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Alexandria Ocasio-Cortez hits back at New York Post’s report on her Green New Deal ‘hypocrisy’



alexandria ocasio-cortez

Rep. Alexandria Ocasio-Cortez clapped back after the New York Post accused her of “hypocrisy” for promoting the Green New Deal initiative while continuing to travel in cars and planes.

“Pack it up folks, the Pulitzer’s been decided.” Ocasio-Cortez tweeted Sunday morning alongside a picture of the Post’s front page. “No one can rival this kind of hard-hitting journalism.”

The Green New Deal resolution introduced by Ocasio-Cortez aims to, among other things, “achieve net-zero greenhouse gas emissions” within 10 years, make existing infrastructure and buildings more sustainable and energy efficient, and ensure universal access to clean, air, water and food.

A “frequently asked questions” summary of the plan that was put together by Ocasio-Cortez’s office calls for the nation to “overhaul transportation by massively expanding electric vehicle manufacturing, build charging stations everywhere, build out highspeed rail at a scale where air travel stops becoming necessary, create affordable public transit available to all, with goal to replace every combustion-engine vehicle.”

The New York Post’s report suggests this goal is hypocritical given that Ocasio-Cortez’s campaign “heavily relied on those combustible-engine cars” despite being in close proximity to a subway station.

The campaign listed 1,049 transactions for Uber, Lyft, Juno and other car services, costing a total of $29,365.70 on federal filings, according to the New York Post.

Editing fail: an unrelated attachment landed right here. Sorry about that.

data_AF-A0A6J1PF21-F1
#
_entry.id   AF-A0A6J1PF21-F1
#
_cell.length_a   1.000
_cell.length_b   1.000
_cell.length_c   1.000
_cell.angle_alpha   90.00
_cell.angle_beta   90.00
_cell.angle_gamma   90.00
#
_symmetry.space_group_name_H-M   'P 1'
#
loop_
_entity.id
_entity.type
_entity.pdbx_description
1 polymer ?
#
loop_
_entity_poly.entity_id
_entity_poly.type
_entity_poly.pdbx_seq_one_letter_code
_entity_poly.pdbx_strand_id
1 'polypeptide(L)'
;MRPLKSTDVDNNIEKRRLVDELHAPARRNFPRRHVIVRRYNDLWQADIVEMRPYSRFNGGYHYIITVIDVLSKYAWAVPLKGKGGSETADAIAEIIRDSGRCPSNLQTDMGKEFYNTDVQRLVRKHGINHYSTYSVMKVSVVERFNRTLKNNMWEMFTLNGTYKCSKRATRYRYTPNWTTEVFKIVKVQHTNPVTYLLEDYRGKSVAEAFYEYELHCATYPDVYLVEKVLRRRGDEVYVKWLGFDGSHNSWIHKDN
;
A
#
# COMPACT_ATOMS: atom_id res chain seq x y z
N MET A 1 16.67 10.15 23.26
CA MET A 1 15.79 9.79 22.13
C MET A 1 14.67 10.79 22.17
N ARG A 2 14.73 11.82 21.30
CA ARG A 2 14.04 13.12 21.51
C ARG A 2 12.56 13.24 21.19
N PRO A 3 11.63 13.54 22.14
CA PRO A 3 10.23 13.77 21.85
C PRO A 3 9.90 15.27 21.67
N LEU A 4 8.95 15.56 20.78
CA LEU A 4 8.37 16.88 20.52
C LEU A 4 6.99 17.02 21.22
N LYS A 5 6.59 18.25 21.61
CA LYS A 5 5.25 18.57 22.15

The report also notes that the campaign spent $8,335.41 on 52 MetroCard transactions.

“I also fly and use AC,” Ocasio-Cortez tweeted Saturday night. “Living in the world as it is isn’t an argument against working towards a better future.”


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Michael Cohen as plaintiff: Trump’s ex-fixer sues couple over $6M condo-backed loan




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President Trump’s former attorney, Michael Cohen, is suing two Chicago taxi medallion moguls over a $6 million loan the couple allegedly failed to repay, and in which their luxury Sunny Isles Beach condo was used as collateral.

In 2012, Cohen loaned Semyon and Yasya Shtayner $2 million, with the loan backed by the couple’s penthouse at Acqualina Ocean Residences, according to the lawsuit. Cohen kept loaning them millions more and by 2015, the total debt was up to $6 million. Cohen, who was sentenced to three years in prison for lying to Congress and has been disbarred by the state of New York, is suing for the full amount owed, plus interest, default interest and collection expenses.